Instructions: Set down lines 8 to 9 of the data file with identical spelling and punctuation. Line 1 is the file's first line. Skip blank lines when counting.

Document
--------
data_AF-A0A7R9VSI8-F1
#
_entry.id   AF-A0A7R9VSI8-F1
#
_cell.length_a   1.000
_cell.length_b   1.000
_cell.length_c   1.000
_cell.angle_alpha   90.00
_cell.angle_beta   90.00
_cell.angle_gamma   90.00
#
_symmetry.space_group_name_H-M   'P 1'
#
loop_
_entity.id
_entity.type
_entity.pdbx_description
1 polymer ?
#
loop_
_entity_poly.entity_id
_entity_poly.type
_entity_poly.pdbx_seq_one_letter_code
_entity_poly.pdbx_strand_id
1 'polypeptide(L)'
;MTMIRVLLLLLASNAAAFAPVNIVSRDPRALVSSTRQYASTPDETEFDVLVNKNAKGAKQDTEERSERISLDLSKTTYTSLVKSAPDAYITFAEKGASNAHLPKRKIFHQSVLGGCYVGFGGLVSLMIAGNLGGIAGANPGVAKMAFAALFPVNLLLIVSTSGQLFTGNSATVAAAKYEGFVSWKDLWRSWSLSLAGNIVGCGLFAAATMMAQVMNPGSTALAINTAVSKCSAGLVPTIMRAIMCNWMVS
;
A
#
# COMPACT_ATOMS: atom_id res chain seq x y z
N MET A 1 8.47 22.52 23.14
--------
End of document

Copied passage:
_cell.angle_alpha   90.00
_cell.angle_beta   90.00